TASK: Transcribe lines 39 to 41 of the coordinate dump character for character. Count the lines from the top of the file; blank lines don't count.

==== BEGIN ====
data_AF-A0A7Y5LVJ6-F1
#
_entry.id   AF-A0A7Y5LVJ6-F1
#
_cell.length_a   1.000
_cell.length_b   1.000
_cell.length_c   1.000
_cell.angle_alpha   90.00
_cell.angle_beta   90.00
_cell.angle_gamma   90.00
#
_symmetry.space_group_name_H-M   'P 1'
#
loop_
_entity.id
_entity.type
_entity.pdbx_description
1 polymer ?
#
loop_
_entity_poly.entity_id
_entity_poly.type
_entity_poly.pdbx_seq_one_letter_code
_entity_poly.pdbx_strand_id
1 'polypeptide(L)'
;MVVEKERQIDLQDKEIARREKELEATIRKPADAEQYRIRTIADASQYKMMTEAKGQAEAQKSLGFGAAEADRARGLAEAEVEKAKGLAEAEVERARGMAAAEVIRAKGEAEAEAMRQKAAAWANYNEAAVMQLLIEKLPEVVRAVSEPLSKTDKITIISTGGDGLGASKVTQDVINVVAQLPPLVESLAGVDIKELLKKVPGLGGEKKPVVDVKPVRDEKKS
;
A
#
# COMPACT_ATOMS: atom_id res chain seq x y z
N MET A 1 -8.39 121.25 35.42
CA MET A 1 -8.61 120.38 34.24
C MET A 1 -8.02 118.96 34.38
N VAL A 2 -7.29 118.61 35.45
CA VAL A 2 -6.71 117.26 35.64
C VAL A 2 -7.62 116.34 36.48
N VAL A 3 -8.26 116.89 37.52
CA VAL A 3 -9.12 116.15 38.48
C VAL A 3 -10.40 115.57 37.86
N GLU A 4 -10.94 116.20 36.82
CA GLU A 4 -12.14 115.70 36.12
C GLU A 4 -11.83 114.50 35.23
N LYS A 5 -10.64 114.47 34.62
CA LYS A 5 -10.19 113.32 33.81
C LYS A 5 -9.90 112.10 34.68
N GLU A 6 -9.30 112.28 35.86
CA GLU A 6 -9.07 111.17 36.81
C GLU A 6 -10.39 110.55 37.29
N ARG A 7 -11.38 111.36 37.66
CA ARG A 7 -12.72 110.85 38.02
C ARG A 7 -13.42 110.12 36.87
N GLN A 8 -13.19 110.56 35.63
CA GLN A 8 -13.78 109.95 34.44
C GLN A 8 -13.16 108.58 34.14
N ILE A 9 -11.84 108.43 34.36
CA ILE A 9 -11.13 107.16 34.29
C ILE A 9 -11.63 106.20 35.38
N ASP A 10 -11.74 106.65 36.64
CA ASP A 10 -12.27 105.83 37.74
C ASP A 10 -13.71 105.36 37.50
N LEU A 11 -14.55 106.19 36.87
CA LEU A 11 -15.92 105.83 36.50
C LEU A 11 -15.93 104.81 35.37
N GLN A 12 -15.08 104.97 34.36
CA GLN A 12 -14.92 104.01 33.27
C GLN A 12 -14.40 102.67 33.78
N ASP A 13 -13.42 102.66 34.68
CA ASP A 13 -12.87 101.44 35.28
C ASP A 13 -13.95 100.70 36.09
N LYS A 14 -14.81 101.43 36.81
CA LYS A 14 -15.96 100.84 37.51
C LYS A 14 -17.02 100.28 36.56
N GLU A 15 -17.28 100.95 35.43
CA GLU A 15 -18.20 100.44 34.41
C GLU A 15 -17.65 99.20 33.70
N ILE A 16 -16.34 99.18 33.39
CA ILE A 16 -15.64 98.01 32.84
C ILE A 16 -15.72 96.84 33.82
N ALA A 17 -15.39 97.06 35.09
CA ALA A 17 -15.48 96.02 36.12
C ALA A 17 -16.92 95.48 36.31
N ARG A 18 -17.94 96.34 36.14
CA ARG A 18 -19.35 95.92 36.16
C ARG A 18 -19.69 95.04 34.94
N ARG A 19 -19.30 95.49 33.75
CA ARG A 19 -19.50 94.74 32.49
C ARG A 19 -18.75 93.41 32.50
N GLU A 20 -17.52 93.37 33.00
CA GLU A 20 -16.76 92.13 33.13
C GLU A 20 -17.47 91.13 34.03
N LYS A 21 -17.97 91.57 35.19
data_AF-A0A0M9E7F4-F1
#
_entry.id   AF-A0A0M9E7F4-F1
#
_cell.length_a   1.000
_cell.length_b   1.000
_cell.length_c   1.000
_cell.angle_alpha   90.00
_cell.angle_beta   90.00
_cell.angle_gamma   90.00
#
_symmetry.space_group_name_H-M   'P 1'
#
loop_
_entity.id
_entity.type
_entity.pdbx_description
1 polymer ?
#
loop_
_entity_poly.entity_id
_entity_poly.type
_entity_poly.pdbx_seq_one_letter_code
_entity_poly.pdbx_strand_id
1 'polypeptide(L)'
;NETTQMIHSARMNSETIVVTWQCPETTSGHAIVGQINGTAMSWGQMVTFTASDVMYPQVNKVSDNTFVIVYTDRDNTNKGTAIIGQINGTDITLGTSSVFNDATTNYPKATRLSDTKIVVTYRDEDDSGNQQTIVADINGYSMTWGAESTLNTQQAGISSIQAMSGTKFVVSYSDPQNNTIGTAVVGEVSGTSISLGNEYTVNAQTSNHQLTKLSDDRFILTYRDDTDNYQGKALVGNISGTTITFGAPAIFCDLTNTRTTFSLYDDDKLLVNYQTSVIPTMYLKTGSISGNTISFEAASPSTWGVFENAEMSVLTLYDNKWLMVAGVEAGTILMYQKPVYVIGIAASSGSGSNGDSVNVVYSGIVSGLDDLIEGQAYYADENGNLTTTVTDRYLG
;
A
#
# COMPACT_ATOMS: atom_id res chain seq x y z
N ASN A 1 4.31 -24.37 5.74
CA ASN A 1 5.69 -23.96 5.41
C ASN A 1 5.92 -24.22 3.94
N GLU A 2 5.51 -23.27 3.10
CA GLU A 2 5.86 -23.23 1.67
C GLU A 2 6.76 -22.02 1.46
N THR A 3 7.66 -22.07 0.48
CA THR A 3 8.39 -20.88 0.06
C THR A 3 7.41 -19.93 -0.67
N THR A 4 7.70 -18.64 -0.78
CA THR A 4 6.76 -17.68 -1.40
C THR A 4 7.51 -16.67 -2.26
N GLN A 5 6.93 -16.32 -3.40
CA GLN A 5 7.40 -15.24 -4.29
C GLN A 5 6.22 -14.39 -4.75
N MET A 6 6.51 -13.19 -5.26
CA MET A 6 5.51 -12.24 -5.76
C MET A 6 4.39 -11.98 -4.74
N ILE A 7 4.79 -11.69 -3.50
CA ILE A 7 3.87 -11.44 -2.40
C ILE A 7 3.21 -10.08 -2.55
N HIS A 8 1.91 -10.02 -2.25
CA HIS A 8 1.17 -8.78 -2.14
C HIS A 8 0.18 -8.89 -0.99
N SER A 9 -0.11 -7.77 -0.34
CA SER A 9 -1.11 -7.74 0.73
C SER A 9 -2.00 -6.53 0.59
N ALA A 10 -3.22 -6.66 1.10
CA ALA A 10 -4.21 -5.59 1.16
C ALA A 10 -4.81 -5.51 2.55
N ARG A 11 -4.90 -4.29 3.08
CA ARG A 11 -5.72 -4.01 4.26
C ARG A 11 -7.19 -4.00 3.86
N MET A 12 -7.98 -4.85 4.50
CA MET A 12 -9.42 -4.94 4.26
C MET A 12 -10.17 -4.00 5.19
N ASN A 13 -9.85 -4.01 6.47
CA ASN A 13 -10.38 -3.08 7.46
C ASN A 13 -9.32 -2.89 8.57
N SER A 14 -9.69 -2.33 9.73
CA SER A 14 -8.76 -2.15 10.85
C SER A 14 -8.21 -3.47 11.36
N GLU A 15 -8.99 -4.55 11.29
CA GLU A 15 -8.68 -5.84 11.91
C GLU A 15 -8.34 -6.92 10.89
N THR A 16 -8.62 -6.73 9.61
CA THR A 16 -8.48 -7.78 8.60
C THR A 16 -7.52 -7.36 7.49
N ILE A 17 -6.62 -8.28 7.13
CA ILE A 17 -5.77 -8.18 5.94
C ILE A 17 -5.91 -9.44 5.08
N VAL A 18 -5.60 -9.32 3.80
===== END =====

C VAL A 3 -10.40 115.57 37.86
N GLU A 4 -10.94 116.20 36.82
CA GLU A 4 -12.14 115.70 36.12